Of particular significance is the joint statement released this January, in which the government and the Bank clearly set their respective tasks and announced their determination to accomplish those tasks with responsibility.  This marks a significant step toward overcoming deflation and achieving sustainable economic growth.  The Bank introduced a "price stability target" of 2 percent in terms of the year-on-year rate of change in the CPI, and decided that under the price stability target it would pursue monetary easing and aim to achieve this target at the earliest possible time.  The Bank believes that the achievement of this target, without delay, is its mission of utmost importance.

So far the Bank -- with a view to overcoming deflation -- has been purchasing a variety of assets such as sovereign debt as well as corporate bonds, CP, exchange-traded funds (ETFs), and real estate investment trusts (REITs).  While such purchases go beyond the domain of traditional central bank operations, the scale and type of assets to be purchased have not been sufficient to materialize a strong commitment to achieving 2 percent inflation at the earliest possible time.  We need to pursue bold monetary easing both in terms of quantity and quality.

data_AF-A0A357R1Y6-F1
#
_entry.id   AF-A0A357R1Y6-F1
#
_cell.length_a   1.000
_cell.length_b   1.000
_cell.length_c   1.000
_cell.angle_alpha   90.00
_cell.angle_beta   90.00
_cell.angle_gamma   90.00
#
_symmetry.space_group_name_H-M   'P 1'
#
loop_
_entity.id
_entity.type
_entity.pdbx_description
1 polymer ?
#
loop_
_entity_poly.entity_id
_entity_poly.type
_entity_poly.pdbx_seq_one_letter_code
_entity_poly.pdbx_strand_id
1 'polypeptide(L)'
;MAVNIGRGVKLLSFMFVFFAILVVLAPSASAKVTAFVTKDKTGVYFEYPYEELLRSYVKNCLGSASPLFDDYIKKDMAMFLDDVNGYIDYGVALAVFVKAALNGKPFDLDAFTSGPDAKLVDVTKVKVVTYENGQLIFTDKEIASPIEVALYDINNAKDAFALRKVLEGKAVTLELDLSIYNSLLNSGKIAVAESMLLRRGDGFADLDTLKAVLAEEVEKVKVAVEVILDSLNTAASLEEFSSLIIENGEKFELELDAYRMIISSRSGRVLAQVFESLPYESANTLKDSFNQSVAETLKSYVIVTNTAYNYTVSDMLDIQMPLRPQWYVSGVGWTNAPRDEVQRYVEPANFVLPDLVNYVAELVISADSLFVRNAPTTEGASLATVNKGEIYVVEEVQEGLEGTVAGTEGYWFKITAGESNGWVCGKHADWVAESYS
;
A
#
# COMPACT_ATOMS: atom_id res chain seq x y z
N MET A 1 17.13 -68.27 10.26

Moreover, given that there is little room for the interest rate to decline, it is imperative to work on market expectations in the conduct of monetary policy.  Through communication with the market, we need to make clear that we have adopted the uncompromising stance that we will do whatever is necessary to overcome deflation.

Furthermore, ensuring cooperation with the government is also important.  The effect of monetary policy will be reinforced by maintaining consistency with the government's economic policies.  According to the joint statement released by the government and the Bank, they will strengthen their policy coordination and work together in order to overcome deflation early and achieve sustainable economic growth with price stability.  The government will flexibly manage fiscal policy, formulate measures to strengthen the growth potential and competitiveness of Japan's economy, and promote measures aimed at achieving fiscal consolidation in the medium to long term.  For its part, the Bank will on its own responsibility pursue monetary easing with a view to achieving the price stability target at the earliest possible time.  Parallel to monetary easing, if the government can take initiatives to create real demand and improve wages and employment through the expansion of consumption and investment, this is expected to contribute to generating a virtuous cycle that will eventually lead to price increases.  To avoid an increase in interest rates on the back of declining confidence in fiscal management, it is also important to take measures aimed at achieving fiscal consolidation in the medium to long term.  We expect the government to take appropriate actions in line with the joint statement.

For the future conduct of monetary policy, we will continue to examine the most effective policy measures, at the Monetary Policy Meetings, by making full use of the Bank's resources, while assessing the effect on the market through the examination of economic and price developments.